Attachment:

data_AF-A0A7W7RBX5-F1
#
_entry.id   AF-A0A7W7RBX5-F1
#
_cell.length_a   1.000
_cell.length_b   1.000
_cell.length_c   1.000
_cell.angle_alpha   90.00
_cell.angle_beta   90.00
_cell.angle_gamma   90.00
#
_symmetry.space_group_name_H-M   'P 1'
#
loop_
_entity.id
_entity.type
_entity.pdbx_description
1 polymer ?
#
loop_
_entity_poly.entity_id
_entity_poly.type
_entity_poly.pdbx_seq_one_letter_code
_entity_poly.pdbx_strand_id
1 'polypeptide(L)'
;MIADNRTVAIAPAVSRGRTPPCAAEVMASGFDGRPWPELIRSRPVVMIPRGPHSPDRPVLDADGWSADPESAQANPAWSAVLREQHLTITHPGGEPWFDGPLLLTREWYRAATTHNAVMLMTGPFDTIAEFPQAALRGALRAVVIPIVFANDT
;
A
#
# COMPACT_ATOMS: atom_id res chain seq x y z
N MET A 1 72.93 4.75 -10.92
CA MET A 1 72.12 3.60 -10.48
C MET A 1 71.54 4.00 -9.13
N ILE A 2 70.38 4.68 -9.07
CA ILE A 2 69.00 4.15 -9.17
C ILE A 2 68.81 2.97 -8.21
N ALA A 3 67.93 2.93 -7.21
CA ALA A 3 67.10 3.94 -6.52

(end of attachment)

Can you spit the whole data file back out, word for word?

data_AF-A0A7W7RBX5-F1
#
_entry.id   AF-A0A7W7RBX5-F1
#
_cell.length_a   1.000
_cell.length_b   1.000
_cell.length_c   1.000
_cell.angle_alpha   90.00
_cell.angle_beta   90.00
_cell.angle_gamma   90.00
#
_symmetry.space_group_name_H-M   'P 1'
#
loop_
_entity.id
_entity.type
_entity.pdbx_description
1 polymer ?
#
loop_
_entity_poly.entity_id
_entity_poly.type
_entity_poly.pdbx_seq_one_letter_code
_entity_poly.pdbx_strand_id
1 'polypeptide(L)'
;MIADNRTVAIAPAVSRGRTPPCAAEVMASGFDGRPWPELIRSRPVVMIPRGPHSPDRPVLDADGWSADPESAQANPAWSAVLREQHLTITHPGGEPWFDGPLLLTREWYRAATTHNAVMLMTGPFDTIAEFPQAALRGALRAVVIPIVFANDT
;
A
#
# COMPACT_ATOMS: atom_id res chain seq x y z
N MET A 1 72.93 4.75 -10.92
CA MET A 1 72.12 3.60 -10.48
C MET A 1 71.54 4.00 -9.13
N ILE A 2 70.38 4.68 -9.07
CA ILE A 2 69.00 4.15 -9.17
C ILE A 2 68.81 2.97 -8.21
N ALA A 3 67.93 2.93 -7.21
CA ALA A 3 67.10 3.94 -6.52